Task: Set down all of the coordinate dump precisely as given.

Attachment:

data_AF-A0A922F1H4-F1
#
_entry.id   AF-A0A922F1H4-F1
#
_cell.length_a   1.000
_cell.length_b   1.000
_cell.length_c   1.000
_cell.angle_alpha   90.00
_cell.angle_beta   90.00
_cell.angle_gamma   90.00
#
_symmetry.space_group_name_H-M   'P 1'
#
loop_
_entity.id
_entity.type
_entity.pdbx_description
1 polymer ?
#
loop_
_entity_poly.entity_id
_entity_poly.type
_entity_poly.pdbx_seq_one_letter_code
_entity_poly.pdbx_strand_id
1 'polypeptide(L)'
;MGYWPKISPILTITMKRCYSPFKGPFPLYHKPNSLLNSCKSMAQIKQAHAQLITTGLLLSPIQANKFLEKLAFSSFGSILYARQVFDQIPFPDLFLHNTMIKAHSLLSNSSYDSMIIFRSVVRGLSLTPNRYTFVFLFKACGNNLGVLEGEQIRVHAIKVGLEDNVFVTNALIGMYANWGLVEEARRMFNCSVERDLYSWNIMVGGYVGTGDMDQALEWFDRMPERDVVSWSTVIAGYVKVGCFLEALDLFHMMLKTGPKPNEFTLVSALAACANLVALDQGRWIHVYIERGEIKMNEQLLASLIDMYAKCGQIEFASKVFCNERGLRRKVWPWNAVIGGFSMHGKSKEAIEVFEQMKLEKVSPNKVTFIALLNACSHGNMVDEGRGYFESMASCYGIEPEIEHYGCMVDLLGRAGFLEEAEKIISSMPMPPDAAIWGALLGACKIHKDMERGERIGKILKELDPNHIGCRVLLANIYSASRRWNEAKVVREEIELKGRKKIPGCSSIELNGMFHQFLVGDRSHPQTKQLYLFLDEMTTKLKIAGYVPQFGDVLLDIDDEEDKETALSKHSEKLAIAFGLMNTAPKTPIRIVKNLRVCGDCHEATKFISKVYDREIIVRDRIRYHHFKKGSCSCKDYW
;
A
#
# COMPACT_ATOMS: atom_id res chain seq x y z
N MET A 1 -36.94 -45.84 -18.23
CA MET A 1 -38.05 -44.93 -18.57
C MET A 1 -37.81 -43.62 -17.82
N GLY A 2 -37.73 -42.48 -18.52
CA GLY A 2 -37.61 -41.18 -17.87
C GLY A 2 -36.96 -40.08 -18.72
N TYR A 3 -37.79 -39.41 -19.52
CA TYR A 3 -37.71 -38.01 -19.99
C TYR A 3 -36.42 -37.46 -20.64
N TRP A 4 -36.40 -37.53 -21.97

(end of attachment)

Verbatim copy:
data_AF-A0A922F1H4-F1
#
_entry.id   AF-A0A922F1H4-F1
#
_cell.length_a   1.000
_cell.length_b   1.000
_cell.length_c   1.000
_cell.angle_alpha   90.00
_cell.angle_beta   90.00
_cell.angle_gamma   90.00
#
_symmetry.space_group_name_H-M   'P 1'
#
loop_
_entity.id
_entity.type
_entity.pdbx_description
1 polymer ?
#
loop_
_entity_poly.entity_id
_entity_poly.type
_entity_poly.pdbx_seq_one_letter_code
_entity_poly.pdbx_strand_id
1 'polypeptide(L)'
;MGYWPKISPILTITMKRCYSPFKGPFPLYHKPNSLLNSCKSMAQIKQAHAQLITTGLLLSPIQANKFLEKLAFSSFGSILYARQVFDQIPFPDLFLHNTMIKAHSLLSNSSYDSMIIFRSVVRGLSLTPNRYTFVFLFKACGNNLGVLEGEQIRVHAIKVGLEDNVFVTNALIGMYANWGLVEEARRMFNCSVERDLYSWNIMVGGYVGTGDMDQALEWFDRMPERDVVSWSTVIAGYVKVGCFLEALDLFHMMLKTGPKPNEFTLVSALAACANLVALDQGRWIHVYIERGEIKMNEQLLASLIDMYAKCGQIEFASKVFCNERGLRRKVWPWNAVIGGFSMHGKSKEAIEVFEQMKLEKVSPNKVTFIALLNACSHGNMVDEGRGYFESMASCYGIEPEIEHYGCMVDLLGRAGFLEEAEKIISSMPMPPDAAIWGALLGACKIHKDMERGERIGKILKELDPNHIGCRVLLANIYSASRRWNEAKVVREEIELKGRKKIPGCSSIELNGMFHQFLVGDRSHPQTKQLYLFLDEMTTKLKIAGYVPQFGDVLLDIDDEEDKETALSKHSEKLAIAFGLMNTAPKTPIRIVKNLRVCGDCHEATKFISKVYDREIIVRDRIRYHHFKKGSCSCKDYW
;
A
#
# COMPACT_ATOMS: atom_id res chain seq x y z
N MET A 1 -36.94 -45.84 -18.23
CA MET A 1 -38.05 -44.93 -18.57
C MET A 1 -37.81 -43.62 -17.82
N GLY A 2 -37.73 -42.48 -18.52
CA GLY A 2 -37.61 -41.18 -17.87
C GLY A 2 -36.96 -40.08 -18.72
N TYR A 3 -37.79 -39.41 -19.52
CA TYR A 3 -37.71 -38.01 -19.99
C TYR A 3 -36.42 -37.46 -20.64
N TRP A 4 -36.40 -37.53 -21.97